Using xml column in sql server with XSD enabled

For a long time I was wondering about why the xml type is needed in sql server.  Following are a few number of advantages on using xml column types which I found implemented in industry.

  • We can store entire xml content in the column and later query on the xml tags
  • We can store application properties like Company Name, Address etc. as xml tags and with the advantage of extensibility
  • We can reduce the number of relational tables with the power of extensibility on adding new xml elements

In this article I am trying to show how xml data types can be used in sql server along with xsd (xml schema definition)

Scenario

We need to create a Customer table having Id and Name of the customer and the order created by him.  An order contains multiple items and at a time the customer is having only one order.

The default implementation would look like:

Customer OrderHeader OrderDetail
Id Id Id
Name OrderDate Item
  CustomerId Quantity

 

We can implement the same using xml type as:

Customer
Id
Name
Orders (XML data type)

 

Step1: Creating the table

You can create the table using Sql Server Management Studio.  The Sql Server version which I am using is 2005.

image

Once created the table like above, you can try inserting data into it.

INSERT INTO Customer(Id, Name, Orders)

 

VALUES (

1,

‘Joe C’,

N‘<Orders></Orders>’

);

If you are able to execute the query successfully.  Congratulations!  That seems to be a valid the table creation.

Step2: Create the XSD

The above table design is good to proceed but not the best!  The user can store any xml in the column that would be difficult for us to parse back.  So we need to ensure that only the right format of xml can be stored in the column.  We can achieve the above using XSD enabling.

The XSD is an xml format definition which says what should be the xml data stored in.  If an attempt to save an invalid format the database will throw exception.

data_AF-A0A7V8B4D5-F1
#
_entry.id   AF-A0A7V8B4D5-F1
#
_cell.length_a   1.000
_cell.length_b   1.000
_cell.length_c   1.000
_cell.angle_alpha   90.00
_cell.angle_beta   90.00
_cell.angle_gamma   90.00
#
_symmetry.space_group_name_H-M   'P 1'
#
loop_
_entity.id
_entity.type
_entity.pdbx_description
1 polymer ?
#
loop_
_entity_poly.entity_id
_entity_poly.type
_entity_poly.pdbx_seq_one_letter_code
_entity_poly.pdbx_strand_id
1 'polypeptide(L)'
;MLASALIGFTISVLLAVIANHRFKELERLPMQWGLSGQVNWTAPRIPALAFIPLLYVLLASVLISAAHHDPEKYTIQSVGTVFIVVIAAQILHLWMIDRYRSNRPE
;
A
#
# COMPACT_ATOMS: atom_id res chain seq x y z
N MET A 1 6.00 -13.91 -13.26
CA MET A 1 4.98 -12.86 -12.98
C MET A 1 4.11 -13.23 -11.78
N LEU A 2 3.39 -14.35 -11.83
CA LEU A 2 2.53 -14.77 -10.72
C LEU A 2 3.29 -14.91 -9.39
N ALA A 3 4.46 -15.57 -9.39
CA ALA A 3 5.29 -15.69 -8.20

For creating an xsd the following sql can be used. (Please remember to delete the previous records from the table)

CREATE XML SCHEMA COLLECTION OrdersSchema AS

<schema xmlns="http://www.w3.org/2001/XMLSchema">

  <element name="Orders">

    <complexType>

      <sequence>

        <element name="Order" minOccurs="0">

                  <complexType>

                        <attribute name="Id" type="int" use="required" />

                        <attribute name="Item" type="int" use="required" />

                        <attribute name="Quantity" type="float" use="required" />

                  </complexType>

        </element>

      </sequence>

    </complexType>

  </element>

</schema>’

GO

After running the query successfully, you can ensure the schema was created in sql server by expanding the Programmability tree.

image

Step3: Set the XSD to our xml column

Open the Customer table in modify mode and select the ‘Orders’ column and se the ‘OrdersSchema’ to the Schema Collection property of it.

image

Save the table so that now onwards the XSD validation is enabled.

Testing the Table

You can test the above table by using following query:

DELETE FROM customer

 

INSERT INTO Customer(Id, Name, Orders) VALUES (1, ‘Joe C’,N‘<Orders><Order Id="1" Item="Laptop" Quantity="10"></Order></Orders>’);

INSERT INTO Customer(Id, Name, Orders) VALUES (2, ‘Dane K’,N‘<Orders><Order Id="2" Item="Pen Drive" Quantity="500"></Order></Orders>’);

INSERT INTO Customer(Id, Name, Orders) VALUES (3, ‘Mark V’,N‘<Orders><Order Id="3" Item="Mobile Phone" Quantity="30"></Order></Orders>’);

 

If you get the following results, then You are good.

(3 row(s) affected)

(1 row(s) affected)

(1 row(s) affected)

(1 row(s) affected)

You can see the existing records by the query:

SELECT * FROM Customer;

image

Testing with a wrong Xml

You can check whether the xml schema validation is working by trying the following query which contains an “InvalidAttribute”

INSERT INTO Customer(Id, Name, Orders) VALUES (100, ‘Joe C’,N‘<Orders><Order InvalidAttribute="Value" Id="1" Item="Laptop" Quantity="10"></Order></Orders>’) 

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